Brands may be forced to consider sourcing elsewhere if the Bangladesh government does not allow the Accord to operate effectively and independently, warn unions

Brands may be forced to consider sourcing elsewhere if the Bangladesh government does not allow the Accord to operate effectively and independently, warn unions

Unions and worker rights groups have warned the future of the Accord continues to hang in the balance after the Bangladesh government was granted a further delay on a decision regarding the agreement's future.

The groups are also urging Bangladesh's trading partners and global apparel brands to press the country's government to refrain from imposing what they call "shocking impediments" to the Accord continuing its work.

It is the third time the Supreme Court of Bangladesh has adjourned a hearing on a petition filed by the Accord challenging a High Court directive asking it to end all activities in Bangladesh on 30 November.

The hearing was initially set to take place on 6 December, but was pushed back to 10 December – and is now set to take place on 17 December. Local reports say the decision came after the advocate on record, Sufia Khatun, asked for more time as the lawyer for the Accord was taken ill and could not place an argument before the court.

However, unions and worker rights groups say the government has been given further time to consider the Accord's response to constraints the government wants to impose on its operations. This includes subjecting all Accord decisions to the approval of a government committee. Another condition would prohibit Accord inspectors from identifying any new safety violations, "effectively requiring them to ignore deadly hazards found during their inspections, such as faulty alarm systems, blocked fire exits, and cracks in structural columns." Yet another would prevent the Accord from taking any action against factory owners who threaten or fire workers for raising safety complaints.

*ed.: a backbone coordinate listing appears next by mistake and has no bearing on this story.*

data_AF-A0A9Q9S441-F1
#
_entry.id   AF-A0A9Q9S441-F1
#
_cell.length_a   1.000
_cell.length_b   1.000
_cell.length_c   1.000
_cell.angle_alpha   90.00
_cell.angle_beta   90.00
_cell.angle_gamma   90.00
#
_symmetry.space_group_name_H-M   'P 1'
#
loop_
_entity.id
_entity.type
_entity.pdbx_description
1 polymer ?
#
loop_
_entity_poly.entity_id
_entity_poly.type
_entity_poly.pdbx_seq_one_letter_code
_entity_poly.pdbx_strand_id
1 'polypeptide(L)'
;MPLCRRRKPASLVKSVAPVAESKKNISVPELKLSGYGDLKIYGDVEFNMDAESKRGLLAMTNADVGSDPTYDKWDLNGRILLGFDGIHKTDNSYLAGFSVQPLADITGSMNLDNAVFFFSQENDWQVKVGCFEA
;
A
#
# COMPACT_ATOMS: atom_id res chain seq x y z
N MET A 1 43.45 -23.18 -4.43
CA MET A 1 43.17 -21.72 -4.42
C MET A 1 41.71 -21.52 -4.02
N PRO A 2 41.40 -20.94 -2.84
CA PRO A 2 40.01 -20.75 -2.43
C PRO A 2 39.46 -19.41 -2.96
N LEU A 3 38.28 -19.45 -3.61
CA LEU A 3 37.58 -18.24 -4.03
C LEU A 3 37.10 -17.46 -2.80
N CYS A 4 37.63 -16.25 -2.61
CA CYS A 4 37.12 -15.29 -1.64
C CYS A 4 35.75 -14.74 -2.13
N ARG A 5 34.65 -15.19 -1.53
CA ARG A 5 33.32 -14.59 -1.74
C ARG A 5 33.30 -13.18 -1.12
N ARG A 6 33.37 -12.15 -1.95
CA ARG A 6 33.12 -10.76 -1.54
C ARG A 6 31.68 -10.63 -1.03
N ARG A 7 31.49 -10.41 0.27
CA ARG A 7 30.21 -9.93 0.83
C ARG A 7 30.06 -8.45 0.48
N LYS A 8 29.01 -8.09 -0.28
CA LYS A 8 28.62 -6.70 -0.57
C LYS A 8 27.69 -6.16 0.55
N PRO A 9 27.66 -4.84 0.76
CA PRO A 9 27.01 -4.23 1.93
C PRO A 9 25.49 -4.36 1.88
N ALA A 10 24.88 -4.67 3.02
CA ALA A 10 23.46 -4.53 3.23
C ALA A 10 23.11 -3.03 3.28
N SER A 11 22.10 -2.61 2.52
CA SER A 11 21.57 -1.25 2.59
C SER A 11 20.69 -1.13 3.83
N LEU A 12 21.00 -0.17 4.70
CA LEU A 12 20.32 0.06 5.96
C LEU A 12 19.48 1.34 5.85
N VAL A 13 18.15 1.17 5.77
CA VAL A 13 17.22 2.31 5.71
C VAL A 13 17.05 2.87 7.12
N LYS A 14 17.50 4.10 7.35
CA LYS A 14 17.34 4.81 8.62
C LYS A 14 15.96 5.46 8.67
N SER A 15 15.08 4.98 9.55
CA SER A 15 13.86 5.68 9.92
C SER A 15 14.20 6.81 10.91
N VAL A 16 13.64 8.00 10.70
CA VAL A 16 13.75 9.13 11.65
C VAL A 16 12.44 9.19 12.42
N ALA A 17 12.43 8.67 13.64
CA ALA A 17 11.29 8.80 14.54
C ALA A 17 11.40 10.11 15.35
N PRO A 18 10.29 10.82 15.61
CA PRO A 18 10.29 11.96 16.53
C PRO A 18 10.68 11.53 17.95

The groups, including the IndustriAll Global Union, the Clean Clothes Campaign, the Worker Rights Consortium and the Maquila Solidarity Network, say the "highly obstructive constraints strip the globally-respected safety initiative of its ability to operate independently of government and employer control."

The government wants its Remediation Coordination Cell (RCC) to oversee workplace safety and remediation once the Transition Accord ends – but international stakeholders fear the RCC is not yet prepared to take on the responsibilities of the Accord's inspection programme, despite the government's claims to the contrary.

"All evidence points to a lack of readiness, including a recent report by the Bangladesh Sustainability Compact – a cooperation agreement between Bangladesh, the European Union, the United States, Canada, Bangladesh and the International Labour Organization – which shows that the national inspectorate fails to act transparently and has only one third the amount of inspectors to monitor twice as many factories as are currently covered by the Accord," says the Clean Clothes Campaign.

"The Bangladesh Department of Inspection for Factories and Establishments, which carries out inspections for the RCC, reports a woefully low 29% completion rate for mandatory safety renovations at factories the government is ostensibly regulating," it continues. "The average progress at Accord-covered factories is 90%. Until the government of Bangladesh demonstrates the capacity and political will to regulate the industry, the Accord is essential to protect the safety of workers."

Because the Accord is a binding agreement between unions and apparel brands, it will remain in effect through 2021, CCC says, with all brands remaining bound to their obligations under the agreement, including the obligation to cease business with any factory that refuses to operate safely.

However, without a local office, CCC says the Accord would have to use international engineering firms to carry out inspections, and the Accord's ability to monitor and verify remediation progress would be "severely curtailed, with grave consequences to workers' safety and the progress achieved over the past five years."

According to the global signatories, since the Accord came into effect in 2013 it has identified more than 100,000 fire, building, and electrical hazards and the large majority have been rectified. Over 2m workers have participated in safety training in over 1,000 factories.

Despite this, over 50% of the factories still lack adequate fire alarm and detection systems and 40% are still completing structural renovations, they say.

"Unless the BGMEA and the Bangladesh government swiftly negotiate with the Accord a feasible way for its full operations to continue, the future prospects for favourable tariff treatment for Bangladeshi exports will be much dimmer."

just-style reached out to the BGMEA (Bangladesh Garment Manufacturers and Exporters Association) for comment but did not receive a response at the time of going to press.